In this final installment of the thrilling, edgy Personal Demons series, the battle between Heaven and Hell has become critical, and Frannie Cavanaugh is right at the center of it.
With the help of the powerful angel Gabe and demon-turned-mortal Luc, Frannie has been able to stay one step ahead of the forces of Hell. But when the demons killed Frannie's best friend and destroyed her brother, they raised the stakes. If Frannie wants to keep her family and friends safe, she knows she has no choice but to go on the run.
Their best defense is the power Frannie has been struggling to master, but her attempts to hone her skill go horribly awry. If Frannie doesn't learn fast, the consequences could be devastating--even apocalyptic.
What happens when you can't outrun Hell...or trust the ones you love?
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Lisa Desrochers is the USA Today bestselling author of A LITTLE TOO FAR, courtesy of HarperCollins. Look for the companions, A LITTLE TOO MUCH (11/12/13), and A LITTLE TOO HOT (1/21/14), and also her Personal Demons trilogy (Macmillan).
Lisa lives in northern California with her husband, two very busy daughters, and Shini the tarantula. When she's not writing, she's reading, and she adores stories that take her to new places, and then take her by surprise. Find her online at lisadwrites.com, on Twitter at @LisaDez, and on Facebook at facebook.com/LisaDesrochersAuthor.
Run Like Hell
This isn’t the first time I’ve seen myself dead, but this time it’s different.
The pain in my head starts to soften as the image becomes clearer. White clouds, blue sky. My stomach lurches. Lightning in my veins. I don’t have time for one of my stupid visions right now. Consuming me. I breathe back the nausea ... burning alive ... and force the image out of my head.
I glance sideways at Gabe, whose eyes flit between the narrow dirt road in front of us and the rearview mirror. I thought I drove fast, but I can’t even make myself look at the speedometer as he weaves through the pitch-black woods to God only knows where.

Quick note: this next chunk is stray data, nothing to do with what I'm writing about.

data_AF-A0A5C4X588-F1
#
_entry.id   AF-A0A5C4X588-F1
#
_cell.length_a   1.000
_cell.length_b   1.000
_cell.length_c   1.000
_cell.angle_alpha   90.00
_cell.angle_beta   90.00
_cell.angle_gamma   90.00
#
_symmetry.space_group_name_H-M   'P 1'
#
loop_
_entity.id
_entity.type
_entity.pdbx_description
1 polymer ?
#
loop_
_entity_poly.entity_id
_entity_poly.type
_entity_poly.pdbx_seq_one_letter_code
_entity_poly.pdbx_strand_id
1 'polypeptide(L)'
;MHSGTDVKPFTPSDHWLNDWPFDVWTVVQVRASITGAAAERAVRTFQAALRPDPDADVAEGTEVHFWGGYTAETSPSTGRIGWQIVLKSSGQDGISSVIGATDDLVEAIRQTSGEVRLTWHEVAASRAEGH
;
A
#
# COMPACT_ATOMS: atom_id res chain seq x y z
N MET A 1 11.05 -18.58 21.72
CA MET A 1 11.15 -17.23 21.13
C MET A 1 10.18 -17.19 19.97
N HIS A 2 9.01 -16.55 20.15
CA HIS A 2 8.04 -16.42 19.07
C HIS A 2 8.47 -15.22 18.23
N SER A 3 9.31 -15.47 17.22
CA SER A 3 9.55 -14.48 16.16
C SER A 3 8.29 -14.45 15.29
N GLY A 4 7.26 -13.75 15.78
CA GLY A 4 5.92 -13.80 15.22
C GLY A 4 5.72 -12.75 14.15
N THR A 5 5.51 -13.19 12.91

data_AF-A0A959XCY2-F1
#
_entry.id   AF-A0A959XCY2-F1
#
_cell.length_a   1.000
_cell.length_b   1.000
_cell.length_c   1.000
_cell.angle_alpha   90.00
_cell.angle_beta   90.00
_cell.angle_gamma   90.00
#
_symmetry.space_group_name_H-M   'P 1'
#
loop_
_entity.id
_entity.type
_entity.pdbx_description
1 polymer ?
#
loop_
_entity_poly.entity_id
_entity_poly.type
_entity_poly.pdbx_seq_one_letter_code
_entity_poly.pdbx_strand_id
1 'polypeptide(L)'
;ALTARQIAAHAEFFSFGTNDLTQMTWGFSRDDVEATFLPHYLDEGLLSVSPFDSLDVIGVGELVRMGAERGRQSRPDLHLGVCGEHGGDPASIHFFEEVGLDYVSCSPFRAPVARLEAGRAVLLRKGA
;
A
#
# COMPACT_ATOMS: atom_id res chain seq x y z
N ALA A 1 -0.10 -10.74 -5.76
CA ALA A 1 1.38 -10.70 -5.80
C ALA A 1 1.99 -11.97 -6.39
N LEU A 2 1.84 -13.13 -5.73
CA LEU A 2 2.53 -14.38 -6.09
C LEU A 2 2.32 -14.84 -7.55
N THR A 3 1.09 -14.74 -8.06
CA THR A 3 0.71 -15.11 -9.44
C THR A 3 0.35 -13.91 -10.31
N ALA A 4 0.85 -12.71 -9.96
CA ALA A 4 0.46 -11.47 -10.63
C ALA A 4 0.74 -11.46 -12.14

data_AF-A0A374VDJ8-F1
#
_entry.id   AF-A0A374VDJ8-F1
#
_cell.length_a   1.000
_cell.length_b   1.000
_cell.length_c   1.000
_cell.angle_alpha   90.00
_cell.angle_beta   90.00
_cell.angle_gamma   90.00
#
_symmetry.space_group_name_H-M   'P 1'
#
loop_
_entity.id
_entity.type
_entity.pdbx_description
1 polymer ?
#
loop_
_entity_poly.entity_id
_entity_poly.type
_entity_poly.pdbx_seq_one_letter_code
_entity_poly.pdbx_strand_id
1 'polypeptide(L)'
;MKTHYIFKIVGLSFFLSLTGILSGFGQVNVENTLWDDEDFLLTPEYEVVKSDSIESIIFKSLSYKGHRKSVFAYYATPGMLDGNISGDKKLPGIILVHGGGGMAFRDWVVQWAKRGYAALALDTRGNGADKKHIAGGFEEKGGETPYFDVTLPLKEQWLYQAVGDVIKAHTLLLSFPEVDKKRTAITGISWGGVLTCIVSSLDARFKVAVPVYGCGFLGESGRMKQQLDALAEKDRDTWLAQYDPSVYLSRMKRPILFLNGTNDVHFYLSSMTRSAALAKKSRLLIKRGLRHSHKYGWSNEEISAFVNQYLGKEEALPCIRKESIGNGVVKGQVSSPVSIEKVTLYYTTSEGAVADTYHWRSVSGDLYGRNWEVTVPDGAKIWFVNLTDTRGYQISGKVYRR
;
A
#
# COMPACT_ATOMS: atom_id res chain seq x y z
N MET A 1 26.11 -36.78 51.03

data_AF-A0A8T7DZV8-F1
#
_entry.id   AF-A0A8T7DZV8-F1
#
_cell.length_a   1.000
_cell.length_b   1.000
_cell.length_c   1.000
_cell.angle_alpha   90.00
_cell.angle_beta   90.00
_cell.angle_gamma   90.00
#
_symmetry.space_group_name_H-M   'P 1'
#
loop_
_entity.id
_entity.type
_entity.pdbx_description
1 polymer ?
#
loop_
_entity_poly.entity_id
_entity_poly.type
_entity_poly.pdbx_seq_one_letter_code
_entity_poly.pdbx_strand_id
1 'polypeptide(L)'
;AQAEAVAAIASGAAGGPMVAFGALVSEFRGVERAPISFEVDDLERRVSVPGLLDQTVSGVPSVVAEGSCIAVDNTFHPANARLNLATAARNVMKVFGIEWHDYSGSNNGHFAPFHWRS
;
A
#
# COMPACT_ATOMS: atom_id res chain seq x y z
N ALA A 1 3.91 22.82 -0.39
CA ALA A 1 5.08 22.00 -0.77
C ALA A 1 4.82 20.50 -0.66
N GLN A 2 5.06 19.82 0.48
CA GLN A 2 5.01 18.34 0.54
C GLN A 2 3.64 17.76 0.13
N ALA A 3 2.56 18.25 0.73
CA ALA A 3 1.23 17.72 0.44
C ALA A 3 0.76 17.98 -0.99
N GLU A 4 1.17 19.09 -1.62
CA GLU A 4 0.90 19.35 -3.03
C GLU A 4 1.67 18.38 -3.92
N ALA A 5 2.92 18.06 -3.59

The headlights of Rhen’s silver Lincoln and Marc’s hearse light up the inside of Gabe’s Charger. They’ve followed us, first on the highway and now through the woods, for the last hour, since we left Haden.
When I turn to look over my shoulder at our demonic tail, I see Luc, in the backseat. It takes him a second to realize I’m looking. When he does, he presses his hand to the bloody bandage over his left forearm and lowers his eyes.
My stomach knots and I wonder again what happened in the park with Lilith. He went after her. Did he kill her? No. He couldn’t have. She would have transferred her soul into his body and taken control if he had.
I look at him more closely. His eyes are tortured, but they’re clear. I know in my gut that this is Luc. No Lilith.
But he’s not my Luc.
In my room, when I asked him if he was coming with us—told him I wanted him to—he said no. But Gabe made him come. He said it was too much of a risk to leave Luc behind. When Luc still refused, Gabe lifted a hand, white lightning cracking over his skin. For a second I really thought Luc was going to let Gabe kill him. But, finally, he moved away from the window and pushed past both Gabe and me without ever looking at either of us.
Just like he won’t look at me now.
I realize I’m still staring when a flaming streak of red Hellfire takes out the back window of the Charger. Gabe speeds up, fishtailing on the dirt road. Luc reflexively levels his fist out the back window before remembering that isn’t gonna get him anywhere. He ducks behind the seat and his eyes lock on mine for a heartbeat, flickering with something that I can’t read, before he lowers them again.